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FN1Financial support: Rima Shretta, Anton L.V. Avanceña, Katie Fox, and Ranju Baral are supported by the Malaria Elimination Initiative of the Global Health Group at the University of California, San Francisco, whose funding for this work comes from a grant from the Bill & Melinda Gates Foundation.
FN2Authors' addresses: Rima Shretta, Ranju Baral, Anton L. V. Avanceña, and Katie Fox, Global Health Group, University of California, San Francisco, CA, E-mails: firstname.lastname@example.org, email@example.com, firstname.lastname@example.org, and email@example.com. Asoka Premasiri Dannoruwa, Ravindra Jayanetti, Arumainayagam Jeyakumaran, Rasike Hasantha, Lalanthika Peris, and Risintha Premaratne, Anti Malaria Campaign, Ministry of Health, Nutrition and Indigenous Medicine, Narahenpita, Colombo, Sri Lanka, E-mails: firstname.lastname@example.org, email@example.com, firstname.lastname@example.org, email@example.com, firstname.lastname@example.org, and email@example.com.
- The American Society of Tropical Medicine and Hygiene,
- Source: The American Journal of Tropical Medicine and Hygiene, Volume 96, Issue 3, Mar 2017, p. 602 - 615
oa An Investment Case to Prevent the Reintroduction of Malaria in Sri Lanka
Sri Lanka has made remarkable gains in reducing the burden of malaria, recording no locally transmitted malaria cases since November 2012 and zero deaths since 2007. The country was recently certified as malaria free by World Health Organization in September 2016. Sri Lanka, however, continues to face a risk of resurgence due to persistent receptivity and vulnerability to malaria transmission. Maintaining the gains will require continued financing to the malaria program to maintain the activities aimed at preventing reintroduction. This article presents an investment case for malaria in Sri Lanka by estimating the costs and benefits of sustaining investments to prevent the reintroduction of the disease. An ingredient-based approach was used to estimate the cost of the existing program. The cost of potential resurgence was estimated using a hypothetical scenario in which resurgence assumed to occur, if all prevention of reintroduction activities were halted. These estimates were used to compute a benefit–cost ratio and a return on investment. The total economic cost of the malaria program in 2014 was estimated at U.S. dollars (USD) 0.57 per capita per year with a financial cost of USD0.37 per capita. The cost of potential malaria resurgence was, however, much higher estimated at 13 times the cost of maintaining existing activities or 21 times based on financial costs alone. This evidence suggests a substantial return on investment providing a compelling argument for advocacy for continued prioritization of funding for the prevention of reintroduction of malaria in Sri Lanka.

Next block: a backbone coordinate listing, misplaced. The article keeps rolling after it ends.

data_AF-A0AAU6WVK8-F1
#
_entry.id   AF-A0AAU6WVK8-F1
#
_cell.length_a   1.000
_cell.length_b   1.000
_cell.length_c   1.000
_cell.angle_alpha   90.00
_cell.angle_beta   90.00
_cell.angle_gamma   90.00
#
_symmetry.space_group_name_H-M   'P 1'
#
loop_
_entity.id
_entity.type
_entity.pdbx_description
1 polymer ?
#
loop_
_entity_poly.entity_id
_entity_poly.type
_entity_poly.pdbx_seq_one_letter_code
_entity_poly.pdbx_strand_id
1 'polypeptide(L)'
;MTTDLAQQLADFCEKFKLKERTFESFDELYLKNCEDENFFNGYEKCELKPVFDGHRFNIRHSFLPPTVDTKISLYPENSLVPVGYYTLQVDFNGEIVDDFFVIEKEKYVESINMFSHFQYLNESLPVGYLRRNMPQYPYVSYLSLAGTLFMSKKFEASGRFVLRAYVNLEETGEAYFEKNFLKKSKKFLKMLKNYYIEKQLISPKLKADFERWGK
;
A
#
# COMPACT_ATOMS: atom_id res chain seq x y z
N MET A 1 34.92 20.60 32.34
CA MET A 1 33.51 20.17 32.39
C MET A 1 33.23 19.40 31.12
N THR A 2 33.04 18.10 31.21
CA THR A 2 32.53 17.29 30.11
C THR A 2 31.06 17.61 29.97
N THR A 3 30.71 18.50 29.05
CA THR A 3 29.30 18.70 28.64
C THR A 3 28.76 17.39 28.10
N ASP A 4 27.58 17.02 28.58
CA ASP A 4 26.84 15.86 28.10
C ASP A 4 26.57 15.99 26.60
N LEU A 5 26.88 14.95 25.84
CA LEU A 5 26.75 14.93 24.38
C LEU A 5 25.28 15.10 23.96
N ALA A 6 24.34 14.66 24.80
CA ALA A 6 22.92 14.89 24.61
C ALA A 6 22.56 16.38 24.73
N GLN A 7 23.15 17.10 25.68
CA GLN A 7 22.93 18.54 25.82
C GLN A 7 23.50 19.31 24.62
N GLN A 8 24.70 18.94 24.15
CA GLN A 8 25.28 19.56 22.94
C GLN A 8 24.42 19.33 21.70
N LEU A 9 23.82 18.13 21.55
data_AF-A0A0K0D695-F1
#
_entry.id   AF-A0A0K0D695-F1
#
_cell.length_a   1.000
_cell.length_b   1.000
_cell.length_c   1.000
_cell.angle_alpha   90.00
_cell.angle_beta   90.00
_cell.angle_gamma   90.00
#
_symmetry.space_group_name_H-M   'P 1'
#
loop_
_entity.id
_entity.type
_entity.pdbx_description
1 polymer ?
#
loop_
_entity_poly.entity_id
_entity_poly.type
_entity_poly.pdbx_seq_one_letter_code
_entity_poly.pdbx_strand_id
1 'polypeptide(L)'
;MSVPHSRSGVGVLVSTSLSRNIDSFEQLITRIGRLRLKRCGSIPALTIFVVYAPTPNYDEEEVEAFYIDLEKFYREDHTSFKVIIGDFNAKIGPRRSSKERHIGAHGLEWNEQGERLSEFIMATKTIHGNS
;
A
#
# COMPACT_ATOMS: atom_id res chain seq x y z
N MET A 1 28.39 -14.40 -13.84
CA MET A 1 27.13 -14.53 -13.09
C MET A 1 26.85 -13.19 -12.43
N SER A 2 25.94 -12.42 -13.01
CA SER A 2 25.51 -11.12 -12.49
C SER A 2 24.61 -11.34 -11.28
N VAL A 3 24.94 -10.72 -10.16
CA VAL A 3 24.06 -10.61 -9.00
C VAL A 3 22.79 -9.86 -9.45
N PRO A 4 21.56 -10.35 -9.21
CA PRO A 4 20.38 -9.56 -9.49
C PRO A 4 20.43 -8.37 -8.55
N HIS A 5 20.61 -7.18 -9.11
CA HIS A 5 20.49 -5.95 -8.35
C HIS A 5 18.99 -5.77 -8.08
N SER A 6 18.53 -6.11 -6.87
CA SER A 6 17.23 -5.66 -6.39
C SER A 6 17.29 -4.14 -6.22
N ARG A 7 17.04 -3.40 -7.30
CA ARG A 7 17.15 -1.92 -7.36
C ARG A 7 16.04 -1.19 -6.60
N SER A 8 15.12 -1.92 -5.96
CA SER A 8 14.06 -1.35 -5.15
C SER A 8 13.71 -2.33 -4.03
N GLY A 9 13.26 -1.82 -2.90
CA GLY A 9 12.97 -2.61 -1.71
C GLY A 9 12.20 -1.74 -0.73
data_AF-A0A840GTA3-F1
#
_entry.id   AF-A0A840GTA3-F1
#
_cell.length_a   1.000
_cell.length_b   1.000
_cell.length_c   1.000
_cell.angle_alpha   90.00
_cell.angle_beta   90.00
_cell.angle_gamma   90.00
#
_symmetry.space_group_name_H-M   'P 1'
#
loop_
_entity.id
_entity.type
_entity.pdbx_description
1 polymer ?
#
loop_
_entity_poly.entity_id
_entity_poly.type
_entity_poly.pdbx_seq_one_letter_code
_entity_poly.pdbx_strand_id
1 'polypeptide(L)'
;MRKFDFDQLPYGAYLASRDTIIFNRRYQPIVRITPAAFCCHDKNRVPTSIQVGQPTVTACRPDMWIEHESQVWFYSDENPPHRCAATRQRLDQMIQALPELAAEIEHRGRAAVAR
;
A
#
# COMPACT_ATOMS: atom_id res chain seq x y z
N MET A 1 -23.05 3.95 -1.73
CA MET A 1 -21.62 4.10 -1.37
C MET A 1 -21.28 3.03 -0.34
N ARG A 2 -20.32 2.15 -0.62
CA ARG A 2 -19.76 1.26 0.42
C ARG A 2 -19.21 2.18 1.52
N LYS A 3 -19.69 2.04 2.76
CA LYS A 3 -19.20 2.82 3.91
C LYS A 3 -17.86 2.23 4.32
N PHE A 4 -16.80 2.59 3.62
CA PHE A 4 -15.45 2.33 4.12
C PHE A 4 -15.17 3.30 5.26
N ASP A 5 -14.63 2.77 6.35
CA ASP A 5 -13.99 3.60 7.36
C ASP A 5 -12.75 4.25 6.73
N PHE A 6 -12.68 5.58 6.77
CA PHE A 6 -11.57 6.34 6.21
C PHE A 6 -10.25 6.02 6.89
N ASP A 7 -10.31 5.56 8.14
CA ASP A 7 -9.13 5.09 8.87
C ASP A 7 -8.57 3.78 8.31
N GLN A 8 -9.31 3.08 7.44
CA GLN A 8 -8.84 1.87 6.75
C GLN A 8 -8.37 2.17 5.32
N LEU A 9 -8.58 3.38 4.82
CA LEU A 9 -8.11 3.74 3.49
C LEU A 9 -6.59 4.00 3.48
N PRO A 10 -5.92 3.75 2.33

[open-access] This is an open-access article distributed under the terms of the Creative Commons Attribution License, which permits unrestricted use, distribution, and reproduction in any medium, provided the original author and source are credited.